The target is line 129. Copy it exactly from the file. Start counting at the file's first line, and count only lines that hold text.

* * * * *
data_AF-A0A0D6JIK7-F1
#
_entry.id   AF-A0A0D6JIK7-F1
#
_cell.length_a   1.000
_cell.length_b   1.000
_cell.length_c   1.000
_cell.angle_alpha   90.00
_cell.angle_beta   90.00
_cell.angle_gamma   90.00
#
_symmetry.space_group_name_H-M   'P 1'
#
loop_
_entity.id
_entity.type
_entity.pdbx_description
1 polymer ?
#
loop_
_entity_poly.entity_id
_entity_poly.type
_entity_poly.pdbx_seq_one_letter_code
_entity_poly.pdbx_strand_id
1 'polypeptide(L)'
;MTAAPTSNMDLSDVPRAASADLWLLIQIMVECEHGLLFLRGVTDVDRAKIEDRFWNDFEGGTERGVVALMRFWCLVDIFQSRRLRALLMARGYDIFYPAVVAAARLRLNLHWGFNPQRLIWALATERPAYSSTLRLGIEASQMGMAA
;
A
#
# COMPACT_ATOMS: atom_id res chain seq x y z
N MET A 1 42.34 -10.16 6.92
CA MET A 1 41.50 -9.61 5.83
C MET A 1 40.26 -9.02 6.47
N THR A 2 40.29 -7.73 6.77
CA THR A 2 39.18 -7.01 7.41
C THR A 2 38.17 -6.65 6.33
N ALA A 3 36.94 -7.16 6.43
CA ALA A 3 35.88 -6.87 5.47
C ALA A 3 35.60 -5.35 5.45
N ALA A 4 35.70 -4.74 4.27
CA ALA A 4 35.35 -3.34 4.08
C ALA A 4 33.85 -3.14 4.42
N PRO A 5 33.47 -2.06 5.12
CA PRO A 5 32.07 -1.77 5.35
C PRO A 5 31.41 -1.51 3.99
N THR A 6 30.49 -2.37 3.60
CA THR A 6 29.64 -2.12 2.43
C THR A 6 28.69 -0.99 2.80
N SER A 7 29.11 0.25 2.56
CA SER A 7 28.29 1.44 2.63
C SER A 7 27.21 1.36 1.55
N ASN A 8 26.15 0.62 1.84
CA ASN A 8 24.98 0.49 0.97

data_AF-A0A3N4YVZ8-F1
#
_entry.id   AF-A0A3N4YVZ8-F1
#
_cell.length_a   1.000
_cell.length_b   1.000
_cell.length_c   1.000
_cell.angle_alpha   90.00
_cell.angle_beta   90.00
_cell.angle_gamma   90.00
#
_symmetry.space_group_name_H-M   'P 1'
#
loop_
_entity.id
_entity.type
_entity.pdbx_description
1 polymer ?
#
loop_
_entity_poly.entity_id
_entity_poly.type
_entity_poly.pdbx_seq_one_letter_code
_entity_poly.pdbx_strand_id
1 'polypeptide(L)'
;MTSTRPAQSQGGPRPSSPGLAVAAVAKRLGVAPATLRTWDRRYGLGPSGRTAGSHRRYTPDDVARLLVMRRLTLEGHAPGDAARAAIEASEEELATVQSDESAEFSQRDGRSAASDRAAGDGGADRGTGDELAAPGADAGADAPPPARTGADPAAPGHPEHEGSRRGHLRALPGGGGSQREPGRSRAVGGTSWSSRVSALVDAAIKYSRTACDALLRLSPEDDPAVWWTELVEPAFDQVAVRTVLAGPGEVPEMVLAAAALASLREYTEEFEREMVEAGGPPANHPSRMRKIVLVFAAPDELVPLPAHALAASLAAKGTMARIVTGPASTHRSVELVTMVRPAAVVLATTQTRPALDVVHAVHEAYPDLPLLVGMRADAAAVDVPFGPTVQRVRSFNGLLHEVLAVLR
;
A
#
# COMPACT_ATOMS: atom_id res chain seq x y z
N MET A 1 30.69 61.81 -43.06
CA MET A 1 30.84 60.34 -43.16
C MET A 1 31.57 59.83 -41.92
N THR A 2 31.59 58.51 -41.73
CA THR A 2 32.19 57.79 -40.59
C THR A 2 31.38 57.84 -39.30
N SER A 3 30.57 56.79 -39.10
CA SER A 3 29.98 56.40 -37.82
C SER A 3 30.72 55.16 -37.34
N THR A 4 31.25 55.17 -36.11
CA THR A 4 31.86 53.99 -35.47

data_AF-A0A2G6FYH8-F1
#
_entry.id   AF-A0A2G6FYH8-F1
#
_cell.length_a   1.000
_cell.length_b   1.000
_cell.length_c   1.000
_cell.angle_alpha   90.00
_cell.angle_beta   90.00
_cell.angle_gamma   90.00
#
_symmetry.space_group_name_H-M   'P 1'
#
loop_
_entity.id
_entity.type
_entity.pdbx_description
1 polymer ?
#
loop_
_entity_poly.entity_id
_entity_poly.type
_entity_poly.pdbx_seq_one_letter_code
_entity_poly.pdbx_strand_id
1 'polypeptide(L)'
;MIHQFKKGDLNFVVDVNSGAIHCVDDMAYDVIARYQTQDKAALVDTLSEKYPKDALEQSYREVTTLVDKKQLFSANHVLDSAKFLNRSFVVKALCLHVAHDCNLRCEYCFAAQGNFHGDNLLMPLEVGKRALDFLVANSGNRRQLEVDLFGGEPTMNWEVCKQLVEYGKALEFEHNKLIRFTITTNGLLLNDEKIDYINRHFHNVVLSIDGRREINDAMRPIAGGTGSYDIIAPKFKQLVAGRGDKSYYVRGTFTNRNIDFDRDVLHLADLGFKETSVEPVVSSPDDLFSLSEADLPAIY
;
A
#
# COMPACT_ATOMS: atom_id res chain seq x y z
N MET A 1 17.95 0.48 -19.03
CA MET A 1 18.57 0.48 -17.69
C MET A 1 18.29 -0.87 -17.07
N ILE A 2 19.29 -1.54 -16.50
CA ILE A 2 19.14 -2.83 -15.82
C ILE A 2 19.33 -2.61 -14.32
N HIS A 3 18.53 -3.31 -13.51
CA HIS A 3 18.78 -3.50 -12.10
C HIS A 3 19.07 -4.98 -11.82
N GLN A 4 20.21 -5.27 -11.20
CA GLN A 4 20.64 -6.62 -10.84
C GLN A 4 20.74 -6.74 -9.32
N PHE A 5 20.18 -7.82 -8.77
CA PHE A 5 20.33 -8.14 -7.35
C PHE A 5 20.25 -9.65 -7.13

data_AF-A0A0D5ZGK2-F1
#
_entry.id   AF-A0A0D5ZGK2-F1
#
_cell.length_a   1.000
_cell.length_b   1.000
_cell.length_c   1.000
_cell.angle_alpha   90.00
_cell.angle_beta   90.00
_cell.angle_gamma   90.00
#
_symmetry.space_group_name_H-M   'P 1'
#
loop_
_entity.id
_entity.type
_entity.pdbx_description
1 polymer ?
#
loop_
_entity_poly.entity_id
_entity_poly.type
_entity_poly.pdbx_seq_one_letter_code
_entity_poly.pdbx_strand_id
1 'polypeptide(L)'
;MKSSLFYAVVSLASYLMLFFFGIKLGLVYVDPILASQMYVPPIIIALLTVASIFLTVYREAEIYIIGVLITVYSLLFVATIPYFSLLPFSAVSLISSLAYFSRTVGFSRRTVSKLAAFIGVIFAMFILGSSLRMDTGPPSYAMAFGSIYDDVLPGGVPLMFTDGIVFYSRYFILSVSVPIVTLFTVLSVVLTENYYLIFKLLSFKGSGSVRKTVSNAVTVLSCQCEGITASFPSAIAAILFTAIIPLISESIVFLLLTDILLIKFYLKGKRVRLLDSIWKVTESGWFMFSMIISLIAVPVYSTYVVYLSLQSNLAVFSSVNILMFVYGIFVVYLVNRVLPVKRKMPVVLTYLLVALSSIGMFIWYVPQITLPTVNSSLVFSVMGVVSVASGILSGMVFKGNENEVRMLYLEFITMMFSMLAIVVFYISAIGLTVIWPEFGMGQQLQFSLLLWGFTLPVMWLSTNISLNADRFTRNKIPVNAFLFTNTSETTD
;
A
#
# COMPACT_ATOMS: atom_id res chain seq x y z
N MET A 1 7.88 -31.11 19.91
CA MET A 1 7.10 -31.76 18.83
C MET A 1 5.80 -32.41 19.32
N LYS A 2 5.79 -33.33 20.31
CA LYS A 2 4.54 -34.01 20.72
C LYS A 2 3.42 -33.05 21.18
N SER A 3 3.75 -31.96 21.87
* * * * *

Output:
CA ILE A 2 19.14 -2.83 -15.82